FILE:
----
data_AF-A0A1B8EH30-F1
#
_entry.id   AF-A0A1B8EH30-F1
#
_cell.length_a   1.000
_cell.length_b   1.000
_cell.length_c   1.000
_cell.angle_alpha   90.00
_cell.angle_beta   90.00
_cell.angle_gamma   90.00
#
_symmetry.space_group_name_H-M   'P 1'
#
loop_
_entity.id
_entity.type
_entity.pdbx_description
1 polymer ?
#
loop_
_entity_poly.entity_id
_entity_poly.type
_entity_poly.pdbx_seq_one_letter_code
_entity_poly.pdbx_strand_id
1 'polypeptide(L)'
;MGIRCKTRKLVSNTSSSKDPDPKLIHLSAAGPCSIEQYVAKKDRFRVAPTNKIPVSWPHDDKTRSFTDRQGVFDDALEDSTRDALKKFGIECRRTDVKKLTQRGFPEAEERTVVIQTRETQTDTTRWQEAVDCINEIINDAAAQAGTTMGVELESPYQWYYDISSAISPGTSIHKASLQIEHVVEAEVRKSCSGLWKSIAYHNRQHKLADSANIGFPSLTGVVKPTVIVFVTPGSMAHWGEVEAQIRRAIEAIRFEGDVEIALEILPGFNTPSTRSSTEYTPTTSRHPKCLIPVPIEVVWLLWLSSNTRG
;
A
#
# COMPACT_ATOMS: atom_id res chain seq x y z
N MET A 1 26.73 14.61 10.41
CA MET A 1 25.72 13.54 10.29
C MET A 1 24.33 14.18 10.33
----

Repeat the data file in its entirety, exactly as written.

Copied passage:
data_AF-A0A1B8EH30-F1
#
_entry.id   AF-A0A1B8EH30-F1
#
_cell.length_a   1.000
_cell.length_b   1.000
_cell.length_c   1.000
_cell.angle_alpha   90.00
_cell.angle_beta   90.00
_cell.angle_gamma   90.00
#
_symmetry.space_group_name_H-M   'P 1'
#
loop_
_entity.id
_entity.type
_entity.pdbx_description
1 polymer ?
#
loop_
_entity_poly.entity_id
_entity_poly.type
_entity_poly.pdbx_seq_one_letter_code
_entity_poly.pdbx_strand_id
1 'polypeptide(L)'
;MGIRCKTRKLVSNTSSSKDPDPKLIHLSAAGPCSIEQYVAKKDRFRVAPTNKIPVSWPHDDKTRSFTDRQGVFDDALEDSTRDALKKFGIECRRTDVKKLTQRGFPEAEERTVVIQTRETQTDTTRWQEAVDCINEIINDAAAQAGTTMGVELESPYQWYYDISSAISPGTSIHKASLQIEHVVEAEVRKSCSGLWKSIAYHNRQHKLADSANIGFPSLTGVVKPTVIVFVTPGSMAHWGEVEAQIRRAIEAIRFEGDVEIALEILPGFNTPSTRSSTEYTPTTSRHPKCLIPVPIEVVWLLWLSSNTRG
;
A
#
# COMPACT_ATOMS: atom_id res chain seq x y z
N MET A 1 26.73 14.61 10.41
CA MET A 1 25.72 13.54 10.29
C MET A 1 24.33 14.18 10.33